Sitting around at the office, watching television, working on the computer all qualify as sedentary behaviors and are increasingly a part of most people’s everyday lives. Experts are encouraging people to get up and move more during the day to lower the risk of physical health problems caused by lack of physical activity, but movement could improve your mental health as well.
Is Movement the Ultimate Therapy for Stress and Anxiety?
Small studies support the benefits of exercise not just for garden-variety anxiety, but for relieving the symptoms of panic disorder. In fact, one study found 30 to 40 minutes of exercise three times weekly was as effective as a prescription medication for treating panic disorder, a common condition characterized by sudden onset of extreme anxiety without an obvious trigger. If exercise can help such severe anxiety, it’s likely to help everyday stress and anxiety as well.
Research shows aerobic exercise triggers the formation of new nerve cells by a process called neurogenesis, particularly in an area of the brain called the hippocampus. The hippocampus is involved in memory, learning and, in animals, the lack of new nerve cell formation in the hippocampus is linked with increased anxiety.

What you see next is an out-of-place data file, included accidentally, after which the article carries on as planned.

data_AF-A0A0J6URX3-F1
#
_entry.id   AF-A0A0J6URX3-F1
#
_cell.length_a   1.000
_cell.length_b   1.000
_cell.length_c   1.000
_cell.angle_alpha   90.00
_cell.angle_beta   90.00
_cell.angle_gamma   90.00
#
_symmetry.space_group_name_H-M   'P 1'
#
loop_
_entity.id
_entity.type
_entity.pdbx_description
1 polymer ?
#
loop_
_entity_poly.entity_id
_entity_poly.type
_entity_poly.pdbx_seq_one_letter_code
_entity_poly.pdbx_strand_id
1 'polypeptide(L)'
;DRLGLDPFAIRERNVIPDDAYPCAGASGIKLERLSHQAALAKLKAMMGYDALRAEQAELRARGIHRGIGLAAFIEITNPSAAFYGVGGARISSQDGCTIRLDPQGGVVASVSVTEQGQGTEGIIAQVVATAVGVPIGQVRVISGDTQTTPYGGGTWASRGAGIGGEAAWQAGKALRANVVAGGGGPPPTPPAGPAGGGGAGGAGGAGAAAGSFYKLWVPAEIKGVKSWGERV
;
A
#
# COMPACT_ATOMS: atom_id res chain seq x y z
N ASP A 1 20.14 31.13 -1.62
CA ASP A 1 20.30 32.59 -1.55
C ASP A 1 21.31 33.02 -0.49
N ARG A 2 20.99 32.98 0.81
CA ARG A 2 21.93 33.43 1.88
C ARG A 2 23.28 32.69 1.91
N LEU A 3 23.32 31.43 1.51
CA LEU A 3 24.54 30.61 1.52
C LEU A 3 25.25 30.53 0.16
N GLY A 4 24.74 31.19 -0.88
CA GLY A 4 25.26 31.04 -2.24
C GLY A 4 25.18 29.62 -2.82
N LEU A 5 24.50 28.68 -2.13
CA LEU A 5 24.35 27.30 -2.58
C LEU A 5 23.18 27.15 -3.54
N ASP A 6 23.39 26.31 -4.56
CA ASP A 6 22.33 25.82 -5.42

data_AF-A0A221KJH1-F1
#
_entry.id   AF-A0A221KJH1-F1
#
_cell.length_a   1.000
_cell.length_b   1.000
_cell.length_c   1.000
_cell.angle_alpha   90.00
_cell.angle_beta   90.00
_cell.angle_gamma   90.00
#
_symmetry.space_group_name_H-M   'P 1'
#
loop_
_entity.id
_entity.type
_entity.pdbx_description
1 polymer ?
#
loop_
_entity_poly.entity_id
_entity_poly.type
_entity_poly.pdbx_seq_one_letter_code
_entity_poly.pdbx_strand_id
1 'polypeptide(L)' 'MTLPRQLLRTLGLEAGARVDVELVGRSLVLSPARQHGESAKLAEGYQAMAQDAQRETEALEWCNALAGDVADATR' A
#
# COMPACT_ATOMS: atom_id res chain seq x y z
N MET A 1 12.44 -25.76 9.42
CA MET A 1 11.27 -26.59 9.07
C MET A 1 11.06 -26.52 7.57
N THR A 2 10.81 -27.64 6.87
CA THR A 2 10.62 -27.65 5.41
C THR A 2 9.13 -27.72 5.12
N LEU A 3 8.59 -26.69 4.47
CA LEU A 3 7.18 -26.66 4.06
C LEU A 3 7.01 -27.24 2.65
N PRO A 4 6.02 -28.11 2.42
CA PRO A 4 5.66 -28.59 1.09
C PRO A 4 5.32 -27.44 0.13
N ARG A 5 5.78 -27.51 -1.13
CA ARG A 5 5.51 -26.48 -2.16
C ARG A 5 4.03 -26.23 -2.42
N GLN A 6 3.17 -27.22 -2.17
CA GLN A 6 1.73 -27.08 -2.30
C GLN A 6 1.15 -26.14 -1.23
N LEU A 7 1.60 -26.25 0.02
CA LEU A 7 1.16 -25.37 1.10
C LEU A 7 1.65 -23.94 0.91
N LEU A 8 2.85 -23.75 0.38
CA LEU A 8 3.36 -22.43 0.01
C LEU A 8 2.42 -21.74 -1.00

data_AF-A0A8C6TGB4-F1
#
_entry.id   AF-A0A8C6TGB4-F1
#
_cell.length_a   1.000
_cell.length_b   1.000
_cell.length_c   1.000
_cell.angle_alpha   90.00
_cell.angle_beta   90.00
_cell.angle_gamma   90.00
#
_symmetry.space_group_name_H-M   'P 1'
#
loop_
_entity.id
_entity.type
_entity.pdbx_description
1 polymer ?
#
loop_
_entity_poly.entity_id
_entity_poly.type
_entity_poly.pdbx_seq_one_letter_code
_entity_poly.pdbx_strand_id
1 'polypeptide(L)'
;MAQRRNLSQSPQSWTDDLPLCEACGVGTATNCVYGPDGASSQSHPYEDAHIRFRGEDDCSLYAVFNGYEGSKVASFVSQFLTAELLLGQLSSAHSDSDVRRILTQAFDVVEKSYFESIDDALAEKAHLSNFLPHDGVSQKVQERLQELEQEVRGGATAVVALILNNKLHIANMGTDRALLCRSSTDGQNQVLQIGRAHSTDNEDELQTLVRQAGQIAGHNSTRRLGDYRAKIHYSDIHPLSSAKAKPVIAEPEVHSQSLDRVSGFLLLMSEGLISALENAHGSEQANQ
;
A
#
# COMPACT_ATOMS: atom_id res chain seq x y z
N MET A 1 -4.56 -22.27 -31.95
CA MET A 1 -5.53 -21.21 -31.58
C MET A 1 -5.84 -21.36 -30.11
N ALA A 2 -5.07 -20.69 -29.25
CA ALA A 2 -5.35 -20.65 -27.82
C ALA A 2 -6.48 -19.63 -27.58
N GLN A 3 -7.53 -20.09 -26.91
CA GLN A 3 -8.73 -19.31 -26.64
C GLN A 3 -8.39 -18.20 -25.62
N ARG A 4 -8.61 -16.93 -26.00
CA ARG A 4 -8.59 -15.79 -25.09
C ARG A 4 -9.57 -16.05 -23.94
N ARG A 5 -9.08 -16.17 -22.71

Some studies now suggest that the ability to lay down new neurons, or nerve cells, is one-way exercise decreases stress and anxiety. Research in animals suggests that one reason we become anxious and stressed for no obvious reason is that we link something currently happening with something negative from the past. In other words, we over-generalize and assume something bad is going to happen again. By laying down new nerve cells through exercise, it’s an opportunity to form new nerve cell connections in the hippocampus of the brain. As a bonus, the laying down of those nerve cells could also sharpen your memory and cognitive function.